Merck partners with tech firm AMCM on tablet 3D printing
Merck KGaA has partnered with German tech company AMCM to carry out clinical testing on tablets manufactured using 3D printing.
The collaboration – which could be a “massive move towards digitalization of the industry,” according to Merck’s chief strategy officer Isabel de Paoli – will focus initially on formulation development and production of 3D printed tablets for clinical trials.
Merck and AMCM – part of the metal and polymer 3D printing specialist EOS group – are working on the development of a prototype tablet printer that they hope will be ready for testing later this year.
3D printing has already reached the commercial stage in pharma, after Aprecia Pharmaceuticals claimed FDA approval for its epilepsy therapy Spritam (levetiracetam) in 2015.
The technology still hasn’t been routinely adopted in pharma however, although the industry and regulators are starting to pay it more attention.
In 2017, for instance, the FDA became the first regulator in the world to issue a technical framework for manufacturers creating medical products on 3D printers. The guidance explained the agency’s thinking on various approaches to 3D printing, including device design, testing of products for function and durability, and quality system requirements.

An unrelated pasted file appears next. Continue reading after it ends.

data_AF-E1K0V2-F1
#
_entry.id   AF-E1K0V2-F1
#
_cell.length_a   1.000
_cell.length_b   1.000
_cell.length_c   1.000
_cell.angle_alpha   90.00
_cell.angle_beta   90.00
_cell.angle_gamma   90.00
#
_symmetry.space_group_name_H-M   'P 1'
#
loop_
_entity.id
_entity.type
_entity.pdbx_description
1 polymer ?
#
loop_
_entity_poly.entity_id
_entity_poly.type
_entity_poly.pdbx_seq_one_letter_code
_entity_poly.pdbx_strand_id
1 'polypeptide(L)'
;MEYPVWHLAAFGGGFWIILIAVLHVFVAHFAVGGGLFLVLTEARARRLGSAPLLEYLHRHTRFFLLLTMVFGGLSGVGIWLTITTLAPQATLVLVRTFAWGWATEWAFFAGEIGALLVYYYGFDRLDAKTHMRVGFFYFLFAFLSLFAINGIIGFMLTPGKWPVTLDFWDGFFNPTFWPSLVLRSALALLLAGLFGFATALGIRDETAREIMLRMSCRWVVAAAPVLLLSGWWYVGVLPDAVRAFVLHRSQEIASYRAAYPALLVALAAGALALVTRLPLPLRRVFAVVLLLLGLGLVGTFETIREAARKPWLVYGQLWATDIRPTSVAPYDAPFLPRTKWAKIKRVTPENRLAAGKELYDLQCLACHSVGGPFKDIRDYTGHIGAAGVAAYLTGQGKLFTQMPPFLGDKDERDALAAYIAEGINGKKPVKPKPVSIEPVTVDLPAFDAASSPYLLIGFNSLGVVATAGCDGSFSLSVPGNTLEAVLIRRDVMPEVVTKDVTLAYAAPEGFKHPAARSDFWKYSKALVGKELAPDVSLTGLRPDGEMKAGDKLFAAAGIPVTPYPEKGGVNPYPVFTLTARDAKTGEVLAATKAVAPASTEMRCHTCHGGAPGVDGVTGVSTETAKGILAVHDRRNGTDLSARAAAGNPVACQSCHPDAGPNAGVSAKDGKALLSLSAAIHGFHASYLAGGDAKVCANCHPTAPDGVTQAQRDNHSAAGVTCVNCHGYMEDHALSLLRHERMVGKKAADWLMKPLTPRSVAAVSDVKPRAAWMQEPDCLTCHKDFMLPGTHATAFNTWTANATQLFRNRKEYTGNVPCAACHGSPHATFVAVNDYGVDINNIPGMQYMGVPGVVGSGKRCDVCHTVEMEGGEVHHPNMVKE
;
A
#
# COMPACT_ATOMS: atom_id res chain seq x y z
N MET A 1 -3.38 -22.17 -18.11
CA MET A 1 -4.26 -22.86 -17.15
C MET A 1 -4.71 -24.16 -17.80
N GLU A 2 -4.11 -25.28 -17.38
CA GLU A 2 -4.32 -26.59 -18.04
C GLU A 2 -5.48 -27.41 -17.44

Former FDA Commissioner Scott Gottlieb said at the time that the agency was “preparing for a significant wave of new technologies that are nearly certain to transform medical practice,” noting that several manufacturers had approached the agency to express an interest in using 3D printing in some capacity to produce medicines.
There is interest in using 3D printing to create medicines with complex active drug release profiles, as well as ‘polypills’ that can combine multiple active ingredients in a single tablet.
Some researchers have even talked about machines that could carry a bank of ingredients and produce doses on demand, though for now that is in the realms of science fiction.
The tie-up between Merck and AMCM focuses on what they call a simplified process for making tablets using “powder bed fusion” methods, which involve using a laser to melt and fuse powder ingredients together layer by layer.
Merck and AMCM note that one of the main advantages of using 3D printing is that it is scalable. In other words, only small amounts of active pharmaceutical ingredient (API) are needed to make initial doses for testing, and it is relatively simple to scale up the manufacturing process to commercial levels without needing to go through reformulation steps.
Merck told pharma manufacturing newswire in-PharmaTechnologist.com that the partners intend to establish a contract development and manufacturing organisation (CDMO) to provide formulation and production services to third-party clients.
Aprecia meanwhile remains committed to the technology, and last week formed a partnership with Purdue University to help refine the use of 3D printing to formulate and produce medicines.